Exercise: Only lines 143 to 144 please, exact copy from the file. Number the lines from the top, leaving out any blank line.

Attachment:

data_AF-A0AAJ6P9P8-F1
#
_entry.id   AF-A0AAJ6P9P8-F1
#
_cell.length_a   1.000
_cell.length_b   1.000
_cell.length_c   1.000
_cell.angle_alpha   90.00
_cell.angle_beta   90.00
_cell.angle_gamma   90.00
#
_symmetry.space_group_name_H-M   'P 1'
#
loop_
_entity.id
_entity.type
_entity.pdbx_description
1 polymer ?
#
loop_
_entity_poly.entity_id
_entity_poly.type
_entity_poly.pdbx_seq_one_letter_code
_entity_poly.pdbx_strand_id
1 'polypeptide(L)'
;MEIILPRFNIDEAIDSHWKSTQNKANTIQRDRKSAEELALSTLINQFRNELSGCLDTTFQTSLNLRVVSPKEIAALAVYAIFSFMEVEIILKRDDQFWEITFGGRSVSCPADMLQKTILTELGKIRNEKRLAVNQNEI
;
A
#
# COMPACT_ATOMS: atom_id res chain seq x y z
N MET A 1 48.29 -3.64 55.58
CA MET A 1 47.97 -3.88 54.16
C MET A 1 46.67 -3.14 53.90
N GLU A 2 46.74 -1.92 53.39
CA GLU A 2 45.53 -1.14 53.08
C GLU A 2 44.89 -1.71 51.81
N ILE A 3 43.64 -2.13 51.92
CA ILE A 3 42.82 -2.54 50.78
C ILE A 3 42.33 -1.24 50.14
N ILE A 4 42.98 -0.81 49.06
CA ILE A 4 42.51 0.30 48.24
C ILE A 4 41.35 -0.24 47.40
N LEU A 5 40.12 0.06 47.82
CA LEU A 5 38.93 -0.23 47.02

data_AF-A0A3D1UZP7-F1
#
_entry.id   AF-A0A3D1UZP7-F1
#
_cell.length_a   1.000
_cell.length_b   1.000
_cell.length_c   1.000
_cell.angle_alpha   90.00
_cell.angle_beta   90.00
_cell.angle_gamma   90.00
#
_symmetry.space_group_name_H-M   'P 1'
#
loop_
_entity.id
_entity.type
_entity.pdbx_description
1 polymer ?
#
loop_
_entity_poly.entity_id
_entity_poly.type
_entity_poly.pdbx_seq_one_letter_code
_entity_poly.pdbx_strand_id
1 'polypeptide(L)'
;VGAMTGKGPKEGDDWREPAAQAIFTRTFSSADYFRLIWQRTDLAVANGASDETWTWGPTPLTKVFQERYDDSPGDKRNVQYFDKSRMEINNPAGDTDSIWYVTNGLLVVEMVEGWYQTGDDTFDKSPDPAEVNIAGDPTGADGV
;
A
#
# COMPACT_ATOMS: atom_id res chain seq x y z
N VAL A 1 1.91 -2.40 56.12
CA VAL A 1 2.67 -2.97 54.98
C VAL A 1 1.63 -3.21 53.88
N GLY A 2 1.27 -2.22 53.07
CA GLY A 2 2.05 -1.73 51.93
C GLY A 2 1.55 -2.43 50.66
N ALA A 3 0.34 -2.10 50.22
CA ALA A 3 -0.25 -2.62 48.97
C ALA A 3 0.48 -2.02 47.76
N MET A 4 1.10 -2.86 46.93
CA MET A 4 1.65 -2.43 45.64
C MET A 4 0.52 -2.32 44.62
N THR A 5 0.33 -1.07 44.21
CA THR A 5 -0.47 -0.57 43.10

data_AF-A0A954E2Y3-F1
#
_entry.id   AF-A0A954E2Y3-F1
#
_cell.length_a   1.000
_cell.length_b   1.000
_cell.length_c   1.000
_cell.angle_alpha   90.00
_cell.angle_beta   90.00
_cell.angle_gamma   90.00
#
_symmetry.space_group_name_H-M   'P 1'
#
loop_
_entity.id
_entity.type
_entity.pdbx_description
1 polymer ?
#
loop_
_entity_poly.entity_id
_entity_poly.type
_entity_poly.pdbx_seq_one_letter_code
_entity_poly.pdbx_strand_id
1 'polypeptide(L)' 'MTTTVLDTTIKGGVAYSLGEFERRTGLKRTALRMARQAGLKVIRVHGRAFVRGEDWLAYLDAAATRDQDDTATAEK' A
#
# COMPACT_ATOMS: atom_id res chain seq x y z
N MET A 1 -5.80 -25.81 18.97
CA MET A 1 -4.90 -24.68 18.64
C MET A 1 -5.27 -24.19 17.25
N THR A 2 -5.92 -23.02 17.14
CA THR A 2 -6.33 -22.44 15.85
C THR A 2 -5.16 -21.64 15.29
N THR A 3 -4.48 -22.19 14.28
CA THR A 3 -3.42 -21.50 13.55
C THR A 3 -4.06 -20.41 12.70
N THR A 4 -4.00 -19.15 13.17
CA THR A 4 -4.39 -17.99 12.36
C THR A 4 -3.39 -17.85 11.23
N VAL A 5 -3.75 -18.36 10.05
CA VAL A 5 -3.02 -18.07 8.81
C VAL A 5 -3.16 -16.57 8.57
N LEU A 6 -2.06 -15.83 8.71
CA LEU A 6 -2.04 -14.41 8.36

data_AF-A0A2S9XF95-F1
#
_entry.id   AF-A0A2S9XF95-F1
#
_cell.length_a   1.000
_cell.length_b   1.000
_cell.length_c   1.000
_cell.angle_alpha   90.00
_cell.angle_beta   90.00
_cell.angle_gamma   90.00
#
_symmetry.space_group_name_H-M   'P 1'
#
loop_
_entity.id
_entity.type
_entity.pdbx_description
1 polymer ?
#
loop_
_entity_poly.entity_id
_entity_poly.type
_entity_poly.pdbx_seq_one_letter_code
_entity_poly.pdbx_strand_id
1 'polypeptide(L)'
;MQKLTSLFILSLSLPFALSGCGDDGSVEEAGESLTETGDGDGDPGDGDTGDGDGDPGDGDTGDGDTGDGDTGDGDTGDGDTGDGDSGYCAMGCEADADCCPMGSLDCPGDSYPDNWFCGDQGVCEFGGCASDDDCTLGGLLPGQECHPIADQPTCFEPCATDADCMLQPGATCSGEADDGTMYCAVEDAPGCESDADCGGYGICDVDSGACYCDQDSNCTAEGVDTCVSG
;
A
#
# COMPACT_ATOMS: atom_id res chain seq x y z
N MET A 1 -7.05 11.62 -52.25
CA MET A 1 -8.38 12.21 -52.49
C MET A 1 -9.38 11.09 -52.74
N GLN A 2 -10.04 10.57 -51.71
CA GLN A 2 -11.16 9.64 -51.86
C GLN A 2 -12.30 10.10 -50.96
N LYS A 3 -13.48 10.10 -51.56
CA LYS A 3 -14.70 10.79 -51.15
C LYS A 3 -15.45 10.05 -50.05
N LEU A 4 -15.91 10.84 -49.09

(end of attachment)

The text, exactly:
#
_symmetry.space_group_name_H-M   'P 1'